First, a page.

Strong economy gives Canada room for tax breaks in mini-budget
Recent turmoil in oil and financial markets aside, Canadian Finance Minister Bill Morneau’s budget update Wednesday will paint a rosy enough picture to finance tax breaks for corporations without fuelling additional deficits.
The federal government will probably revise revenue projections upward by at least $7 billion over three fiscal years beginning with the current one, according to Bloomberg calculations. That’s thanks to a better-than-expected economic outlook and signs of stronger tax collection, and excludes higher revenue from a new carbon tax on some provinces.
The windfalls will give Justin Trudeau’s Liberals scope to provide some relief for Canadian firms looking for a response to extensive U.S. corporate tax cuts. All indications point to accelerated writeoff allowances on capital investment, though that would mean passing up another opportunity to speed deficit reduction, with shortfalls running well above what the prime minister campaigned on three years ago.
“I’m not counting on seeing increased efforts to return to balance,” Paul Ferley, assistant chief economist at Royal Bank of Canada, said in a phone interview.
The fiscal update — the most extensive set of revised projections outside the annual budget — comes amid widespread calls to address the country’s waning competitiveness. But demands for costly support also have put the business community in an awkward situation, given they’ve been critical of the government’s deficit spending.
“The government is still continuing to spend at an enormous rate,” Perrin Beatty, chief executive officer at the Canadian Chamber of Commerce, said last week in an interview. “They’re caught between a rock and a hard place. The rock on one side is the need to take action to address some of these issues; the other is the lack of fiscal flexibility that they have.”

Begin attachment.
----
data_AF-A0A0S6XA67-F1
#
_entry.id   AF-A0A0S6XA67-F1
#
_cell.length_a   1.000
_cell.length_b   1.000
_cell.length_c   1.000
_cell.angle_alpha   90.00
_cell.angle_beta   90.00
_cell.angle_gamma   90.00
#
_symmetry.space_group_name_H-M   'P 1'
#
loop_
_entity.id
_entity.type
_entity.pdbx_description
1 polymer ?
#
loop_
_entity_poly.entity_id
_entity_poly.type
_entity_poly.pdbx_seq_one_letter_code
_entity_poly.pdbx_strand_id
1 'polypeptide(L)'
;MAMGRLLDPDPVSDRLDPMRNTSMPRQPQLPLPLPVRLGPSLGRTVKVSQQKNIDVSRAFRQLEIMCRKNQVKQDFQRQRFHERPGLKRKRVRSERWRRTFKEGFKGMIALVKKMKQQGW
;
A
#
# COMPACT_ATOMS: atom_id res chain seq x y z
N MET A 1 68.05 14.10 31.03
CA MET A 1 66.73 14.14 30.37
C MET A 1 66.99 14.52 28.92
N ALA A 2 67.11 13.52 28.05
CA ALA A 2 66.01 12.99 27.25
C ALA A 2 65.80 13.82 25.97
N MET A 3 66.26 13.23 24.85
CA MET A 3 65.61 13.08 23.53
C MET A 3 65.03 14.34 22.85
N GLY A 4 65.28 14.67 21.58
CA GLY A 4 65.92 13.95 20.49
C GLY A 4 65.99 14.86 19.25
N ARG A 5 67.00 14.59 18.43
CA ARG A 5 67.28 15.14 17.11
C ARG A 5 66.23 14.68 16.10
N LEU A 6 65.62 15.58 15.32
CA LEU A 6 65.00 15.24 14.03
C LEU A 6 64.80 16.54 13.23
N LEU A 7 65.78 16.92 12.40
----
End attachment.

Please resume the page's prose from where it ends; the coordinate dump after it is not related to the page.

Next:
Trudeau’s government has been hesitant to rein in stimulus even with the economy largely at capacity, pointing to its success at bolstering the expansion. Any unexpected fiscal leeway — such as the Liberals had prior to the previous budget — has been spent, instead of used to reduce deficits.
In its February budget, the government projected a shortfall of $18.1 billion for the current fiscal year, $17.5 billion in 2019 and $16.9 billion in 2020. The Liberals, who came to power with a pledge to run $20 billion in cumulative deficits over three years, are instead on pace to hit $100 billion by 2021.
The finance department’s latest survey of private forecasts show an economy that will be about $50 billion larger than projected in the three fiscal years between 2018 and 2020. That means revenue, which the government assumes will total 14.5 per cent of output, should exceed forecasts by a cumulative $7.3 billion over that time
In addition, the government has put aside a $3 billion reserve for the current year, some of which could be used for new measures. There are also signs that tax collection is running at a faster pace than projected, with revenue up 8 per cent in the first five months of the fiscal year versus projected 4.5 per cent.